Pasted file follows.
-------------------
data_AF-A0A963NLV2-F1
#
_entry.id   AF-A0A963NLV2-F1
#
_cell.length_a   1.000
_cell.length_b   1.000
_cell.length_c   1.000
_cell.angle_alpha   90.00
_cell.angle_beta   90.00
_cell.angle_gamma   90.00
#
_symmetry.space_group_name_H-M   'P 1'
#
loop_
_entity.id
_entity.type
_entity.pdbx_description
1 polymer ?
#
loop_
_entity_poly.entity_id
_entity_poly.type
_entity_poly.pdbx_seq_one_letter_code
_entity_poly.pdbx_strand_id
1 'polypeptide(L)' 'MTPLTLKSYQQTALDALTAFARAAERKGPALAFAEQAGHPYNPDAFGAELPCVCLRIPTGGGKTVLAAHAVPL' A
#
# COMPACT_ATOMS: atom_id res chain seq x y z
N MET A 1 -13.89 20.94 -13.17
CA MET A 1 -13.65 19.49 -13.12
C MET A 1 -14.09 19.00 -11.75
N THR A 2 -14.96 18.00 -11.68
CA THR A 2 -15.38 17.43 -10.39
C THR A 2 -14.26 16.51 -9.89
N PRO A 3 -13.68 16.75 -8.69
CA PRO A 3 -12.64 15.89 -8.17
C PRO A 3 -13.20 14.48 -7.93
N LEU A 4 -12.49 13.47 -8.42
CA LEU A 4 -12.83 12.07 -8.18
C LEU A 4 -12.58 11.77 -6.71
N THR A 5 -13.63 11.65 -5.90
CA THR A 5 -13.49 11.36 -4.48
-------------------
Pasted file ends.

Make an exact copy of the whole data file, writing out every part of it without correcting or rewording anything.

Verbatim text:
data_AF-A0A963NLV2-F1
#
_entry.id   AF-A0A963NLV2-F1
#
_cell.length_a   1.000
_cell.length_b   1.000
_cell.length_c   1.000
_cell.angle_alpha   90.00
_cell.angle_beta   90.00
_cell.angle_gamma   90.00
#
_symmetry.space_group_name_H-M   'P 1'
#
loop_
_entity.id
_entity.type
_entity.pdbx_description
1 polymer ?
#
loop_
_entity_poly.entity_id
_entity_poly.type
_entity_poly.pdbx_seq_one_letter_code
_entity_poly.pdbx_strand_id
1 'polypeptide(L)' 'MTPLTLKSYQQTALDALTAFARAAERKGPALAFAEQAGHPYNPDAFGAELPCVCLRIPTGGGKTVLAAHAVPL' A
#
# COMPACT_ATOMS: atom_id res chain seq x y z
N MET A 1 -13.89 20.94 -13.17
CA MET A 1 -13.65 19.49 -13.12
C MET A 1 -14.09 19.00 -11.75
N THR A 2 -14.96 18.00 -11.68
CA THR A 2 -15.38 17.43 -10.39
C THR A 2 -14.26 16.51 -9.89
N PRO A 3 -13.68 16.75 -8.69
CA PRO A 3 -12.64 15.89 -8.17
C PRO A 3 -13.20 14.48 -7.93
N LEU A 4 -12.49 13.47 -8.42
CA LEU A 4 -12.83 12.07 -8.18
C LEU A 4 -12.58 11.77 -6.71
N THR A 5 -13.63 11.65 -5.90
CA THR A 5 -13.49 11.36 -4.48